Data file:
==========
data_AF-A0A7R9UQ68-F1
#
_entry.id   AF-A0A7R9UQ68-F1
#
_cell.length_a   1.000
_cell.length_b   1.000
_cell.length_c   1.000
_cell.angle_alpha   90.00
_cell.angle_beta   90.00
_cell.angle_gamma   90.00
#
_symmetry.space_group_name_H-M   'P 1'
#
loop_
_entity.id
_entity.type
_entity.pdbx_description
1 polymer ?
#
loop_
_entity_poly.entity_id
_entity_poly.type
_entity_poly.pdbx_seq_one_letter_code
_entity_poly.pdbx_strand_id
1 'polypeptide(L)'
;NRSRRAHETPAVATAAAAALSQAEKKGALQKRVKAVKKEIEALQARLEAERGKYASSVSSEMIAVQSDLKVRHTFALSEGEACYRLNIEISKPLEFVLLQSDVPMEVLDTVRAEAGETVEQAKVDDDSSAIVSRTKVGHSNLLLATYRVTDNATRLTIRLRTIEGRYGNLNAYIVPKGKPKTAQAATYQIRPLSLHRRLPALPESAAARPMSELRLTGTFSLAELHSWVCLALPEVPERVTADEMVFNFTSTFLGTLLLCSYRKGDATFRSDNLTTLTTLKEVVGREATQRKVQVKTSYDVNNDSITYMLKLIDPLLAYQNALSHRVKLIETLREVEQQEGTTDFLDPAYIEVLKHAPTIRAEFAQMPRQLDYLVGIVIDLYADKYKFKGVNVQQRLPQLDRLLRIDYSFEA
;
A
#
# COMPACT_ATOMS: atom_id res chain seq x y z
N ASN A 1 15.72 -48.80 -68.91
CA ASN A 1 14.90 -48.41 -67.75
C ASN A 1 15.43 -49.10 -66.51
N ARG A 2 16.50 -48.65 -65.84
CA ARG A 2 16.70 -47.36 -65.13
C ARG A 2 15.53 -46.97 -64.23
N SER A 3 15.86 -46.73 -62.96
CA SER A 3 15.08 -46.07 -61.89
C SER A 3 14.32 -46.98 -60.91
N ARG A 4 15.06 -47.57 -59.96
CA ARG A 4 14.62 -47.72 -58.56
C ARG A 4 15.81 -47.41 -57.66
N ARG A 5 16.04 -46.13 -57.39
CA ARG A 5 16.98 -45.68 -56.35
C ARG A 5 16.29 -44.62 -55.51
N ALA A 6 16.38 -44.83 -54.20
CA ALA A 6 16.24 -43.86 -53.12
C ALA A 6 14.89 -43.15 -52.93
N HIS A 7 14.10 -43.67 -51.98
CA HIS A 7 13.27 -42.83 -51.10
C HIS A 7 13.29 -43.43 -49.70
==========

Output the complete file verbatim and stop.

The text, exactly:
data_AF-A0A7R9UQ68-F1
#
_entry.id   AF-A0A7R9UQ68-F1
#
_cell.length_a   1.000
_cell.length_b   1.000
_cell.length_c   1.000
_cell.angle_alpha   90.00
_cell.angle_beta   90.00
_cell.angle_gamma   90.00
#
_symmetry.space_group_name_H-M   'P 1'
#
loop_
_entity.id
_entity.type
_entity.pdbx_description
1 polymer ?
#
loop_
_entity_poly.entity_id
_entity_poly.type
_entity_poly.pdbx_seq_one_letter_code
_entity_poly.pdbx_strand_id
1 'polypeptide(L)'
;NRSRRAHETPAVATAAAAALSQAEKKGALQKRVKAVKKEIEALQARLEAERGKYASSVSSEMIAVQSDLKVRHTFALSEGEACYRLNIEISKPLEFVLLQSDVPMEVLDTVRAEAGETVEQAKVDDDSSAIVSRTKVGHSNLLLATYRVTDNATRLTIRLRTIEGRYGNLNAYIVPKGKPKTAQAATYQIRPLSLHRRLPALPESAAARPMSELRLTGTFSLAELHSWVCLALPEVPERVTADEMVFNFTSTFLGTLLLCSYRKGDATFRSDNLTTLTTLKEVVGREATQRKVQVKTSYDVNNDSITYMLKLIDPLLAYQNALSHRVKLIETLREVEQQEGTTDFLDPAYIEVLKHAPTIRAEFAQMPRQLDYLVGIVIDLYADKYKFKGVNVQQRLPQLDRLLRIDYSFEA
;
A
#
# COMPACT_ATOMS: atom_id res chain seq x y z
N ASN A 1 15.72 -48.80 -68.91
CA ASN A 1 14.90 -48.41 -67.75
C ASN A 1 15.43 -49.10 -66.51
N ARG A 2 16.50 -48.65 -65.84
CA ARG A 2 16.70 -47.36 -65.13
C ARG A 2 15.53 -46.97 -64.23
N SER A 3 15.86 -46.73 -62.96
CA SER A 3 15.08 -46.07 -61.89
C SER A 3 14.32 -46.98 -60.91
N ARG A 4 15.06 -47.57 -59.96
CA ARG A 4 14.62 -47.72 -58.56
C ARG A 4 15.81 -47.41 -57.66
N ARG A 5 16.04 -46.13 -57.39
CA ARG A 5 16.98 -45.68 -56.35
C ARG A 5 16.29 -44.62 -55.51
N ALA A 6 16.38 -44.83 -54.20
CA ALA A 6 16.24 -43.86 -53.12
C ALA A 6 14.89 -43.15 -52.93
N HIS A 7 14.10 -43.67 -51.98
CA HIS A 7 13.27 -42.83 -51.10
C HIS A 7 13.29 -43.43 -49.70